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An evaluation of the implementation of the preferential procurement policy framework act (No 5 of 2000) with reference to selected municipalities in the province of the Eastern Cape

Background and Rationale: South Africa is in its second decade of democracy. Since the introduction of democracy in 1994, the South African government and its citizens are making strides into overhauling the country to make it one of the best habitable countries in the world. All these changes are accompanied by challenges regarding the types of resources required to accomplish this when delivering services to the communities. In order for the government to accomplish this, systems and procedures which are supported by legislation and operational frameworks should be developed, implemented, monitored and reviewed when necessary. Legislation which has been developed to guide and regulate public procurement includes the Preferential Procurement Policy Framework Act (Act 5 of 2000). The previous procurement approaches had various fallacies. For example, there was no accountability, no transparency, no equitable distribution of economic resources and no supporting structures to oversee the process. The government then realised the need for having an integrated approach towards public acquisition of goods and services. The public service should operate in an environment where there will be fair, equitable, transparent, competitive and value for money in procurement. 2 The objective of the Preferential Procurement Policy Act (Act 5 of 2000) is to give effect to section 217(3) of the Constitution of the Republic of South Africa (Act 108 of 1996). Section 217 (3) stipulates that national legislation must prescribe a framework within which the procurement policy may be implemented. Preferential Procurement Policy Framework Act (Act 5 of 2000) aims at redressing the past racial imbalances, where race and gender were used to control productive resources. In order to address the shortfalls of the previous systems which failed to provide equal competition opportunities to all the people of South Africa, the mandate, as stipulated in the amended Section 217 of the Constitution of the Republic of South Africa (Act 108 of 1996), has been implemented. This section calls on government and organs of the state to apply a preference point system to enhance and give preference to the historically disadvantaged individuals or designated groups, who in the past, were victims of unfair discrimination on the basis of race, gender or disability. The Preferential Procurement Policy Framework Act (Act 5 of 2000) and its related regulations and systems emanate from Section 217 (3) of the Constitution of the Republic of South Africa, (Act 108 of 1996). The government has, since 1995, started engaging in a number of initiatives with the purpose of restructuring the procurement. One of the initiatives was the development of the Green Paper on Public Sector Procurement Reform in South Africa in 1997. This paper is a discussion document which contains various proposals aimed at achieving the objectives of good governance, developing and utilising the country’s human resources potential to the full, and encouraging a well-developed and competitive business sector ( 3 Subsequent to the Green Paper on Public Sector Procurement Reform the government published the Preferential Procurement Regulations in 2001, in terms of Section 5 of the Preferential Procurement Policy Framework. The government’s aim was to elicit contributions and discussions from role- players and interested parties. These inputs are crucial in a country that is committed to democracy. It can be deduced that the Preferential Procurement Policy Framework is a tool that is intended to provide direction and guidance to public officials when they engage in the acquisition of goods and services whilst giving leverage and preference to those who have been victims of the past imbalances. There is a perception that business opportunities favour individuals and businesses that are well established and the emerging business owners are marginalised. The reforms in the procurement processes that have been put in place are intended to ensure that there is equality, transparency and accountability in the allocation of business opportunities. Preference has to be afforded to the previously marginalised people to play a role in the public sector procurement and enhance income generation. The aims of the Preferential Procurement will be defeated if there are no systems to control and monitor the engagement of historically disadvantaged individuals. The affirming of such business owners should be viewed as a tool for the distribution of wealth, job creation and a poverty alleviation strategy from the side of government. The rationale for the research, therefore, is to establish whether the historically disadvantaged individuals’ lives are improving and bringing about sustainable economic development in their lives.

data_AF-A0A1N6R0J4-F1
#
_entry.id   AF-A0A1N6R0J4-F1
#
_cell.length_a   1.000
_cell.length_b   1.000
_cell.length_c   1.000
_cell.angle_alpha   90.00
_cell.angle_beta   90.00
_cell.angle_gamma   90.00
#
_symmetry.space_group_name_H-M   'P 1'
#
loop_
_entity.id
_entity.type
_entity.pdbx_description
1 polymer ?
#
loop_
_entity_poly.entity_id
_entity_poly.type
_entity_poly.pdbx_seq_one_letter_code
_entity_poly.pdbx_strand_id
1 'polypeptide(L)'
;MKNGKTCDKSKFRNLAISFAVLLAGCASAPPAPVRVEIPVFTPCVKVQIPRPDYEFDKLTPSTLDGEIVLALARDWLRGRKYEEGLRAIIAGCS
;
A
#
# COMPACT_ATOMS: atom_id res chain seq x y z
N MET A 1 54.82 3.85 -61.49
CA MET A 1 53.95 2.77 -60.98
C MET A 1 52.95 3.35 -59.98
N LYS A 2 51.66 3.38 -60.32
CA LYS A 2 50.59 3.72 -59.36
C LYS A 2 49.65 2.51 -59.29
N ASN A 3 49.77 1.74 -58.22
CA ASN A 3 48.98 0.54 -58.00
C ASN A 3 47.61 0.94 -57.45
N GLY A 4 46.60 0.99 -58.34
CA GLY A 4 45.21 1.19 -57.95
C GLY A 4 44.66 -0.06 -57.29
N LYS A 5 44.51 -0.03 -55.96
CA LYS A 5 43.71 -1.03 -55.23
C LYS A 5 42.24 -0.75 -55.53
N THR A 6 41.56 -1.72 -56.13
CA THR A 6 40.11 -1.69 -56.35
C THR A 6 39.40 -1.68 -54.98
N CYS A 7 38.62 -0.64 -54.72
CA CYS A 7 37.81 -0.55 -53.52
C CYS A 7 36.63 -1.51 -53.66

Date January 2008
CreatorsNano, Nandipha
PublisherNelson Mandela Metropolitan University, Faculty of Arts
Source SetsSouth African National ETD Portal
Detected LanguageEnglish
TypeThesis, Masters, MPA
Formativ, 95 leaves, pdf
RightsNelson Mandela Metropolitan University

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